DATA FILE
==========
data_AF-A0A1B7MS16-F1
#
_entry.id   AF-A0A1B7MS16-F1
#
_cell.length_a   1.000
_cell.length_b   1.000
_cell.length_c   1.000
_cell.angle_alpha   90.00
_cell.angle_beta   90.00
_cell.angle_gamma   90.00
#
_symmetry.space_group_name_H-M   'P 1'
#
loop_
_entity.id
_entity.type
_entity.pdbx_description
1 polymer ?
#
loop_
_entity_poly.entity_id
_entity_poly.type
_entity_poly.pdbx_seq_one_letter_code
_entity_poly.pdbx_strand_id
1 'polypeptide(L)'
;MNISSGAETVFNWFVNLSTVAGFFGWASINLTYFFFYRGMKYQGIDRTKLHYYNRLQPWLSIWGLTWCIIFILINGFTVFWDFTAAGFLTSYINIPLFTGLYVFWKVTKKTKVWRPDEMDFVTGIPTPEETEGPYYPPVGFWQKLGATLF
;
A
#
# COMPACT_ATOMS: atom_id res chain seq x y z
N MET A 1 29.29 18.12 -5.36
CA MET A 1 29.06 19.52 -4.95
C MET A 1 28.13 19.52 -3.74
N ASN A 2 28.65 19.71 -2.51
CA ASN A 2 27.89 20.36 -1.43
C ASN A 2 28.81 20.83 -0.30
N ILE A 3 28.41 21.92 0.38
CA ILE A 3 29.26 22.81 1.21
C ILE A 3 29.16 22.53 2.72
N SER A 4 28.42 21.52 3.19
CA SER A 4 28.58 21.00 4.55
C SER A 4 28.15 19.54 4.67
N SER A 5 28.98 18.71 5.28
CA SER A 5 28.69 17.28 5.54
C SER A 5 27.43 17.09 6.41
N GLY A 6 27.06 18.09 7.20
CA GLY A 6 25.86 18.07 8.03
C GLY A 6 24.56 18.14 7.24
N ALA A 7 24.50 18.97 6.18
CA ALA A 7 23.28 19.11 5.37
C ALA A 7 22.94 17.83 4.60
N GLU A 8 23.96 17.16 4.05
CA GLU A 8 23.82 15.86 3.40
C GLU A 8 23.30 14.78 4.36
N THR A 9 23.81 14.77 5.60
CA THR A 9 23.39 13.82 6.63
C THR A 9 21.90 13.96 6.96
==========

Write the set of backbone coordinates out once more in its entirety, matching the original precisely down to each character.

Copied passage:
data_AF-A0A1B7MS16-F1
#
_entry.id   AF-A0A1B7MS16-F1
#
_cell.length_a   1.000
_cell.length_b   1.000
_cell.length_c   1.000
_cell.angle_alpha   90.00
_cell.angle_beta   90.00
_cell.angle_gamma   90.00
#
_symmetry.space_group_name_H-M   'P 1'
#
loop_
_entity.id
_entity.type
_entity.pdbx_description
1 polymer ?
#
loop_
_entity_poly.entity_id
_entity_poly.type
_entity_poly.pdbx_seq_one_letter_code
_entity_poly.pdbx_strand_id
1 'polypeptide(L)'
;MNISSGAETVFNWFVNLSTVAGFFGWASINLTYFFFYRGMKYQGIDRTKLHYYNRLQPWLSIWGLTWCIIFILINGFTVFWDFTAAGFLTSYINIPLFTGLYVFWKVTKKTKVWRPDEMDFVTGIPTPEETEGPYYPPVGFWQKLGATLF
;
A
#
# COMPACT_ATOMS: atom_id res chain seq x y z
N MET A 1 29.29 18.12 -5.36
CA MET A 1 29.06 19.52 -4.95
C MET A 1 28.13 19.52 -3.74
N ASN A 2 28.65 19.71 -2.51
CA ASN A 2 27.89 20.36 -1.43
C ASN A 2 28.81 20.83 -0.30
N ILE A 3 28.41 21.92 0.38
CA ILE A 3 29.26 22.81 1.21
C ILE A 3 29.16 22.53 2.72
N SER A 4 28.42 21.52 3.19
CA SER A 4 28.58 21.00 4.55
C SER A 4 28.15 19.54 4.67
N SER A 5 28.98 18.71 5.28
CA SER A 5 28.69 17.28 5.54
C SER A 5 27.43 17.09 6.41
N GLY A 6 27.06 18.09 7.20
CA GLY A 6 25.86 18.07 8.03
C GLY A 6 24.56 18.14 7.24
N ALA A 7 24.50 18.97 6.18
CA ALA A 7 23.28 19.11 5.37
C ALA A 7 22.94 17.83 4.60
N GLU A 8 23.96 17.16 4.05
CA GLU A 8 23.82 15.86 3.40
C GLU A 8 23.30 14.78 4.36
N THR A 9 23.81 14.77 5.60
CA THR A 9 23.39 13.82 6.63
C THR A 9 21.90 13.96 6.96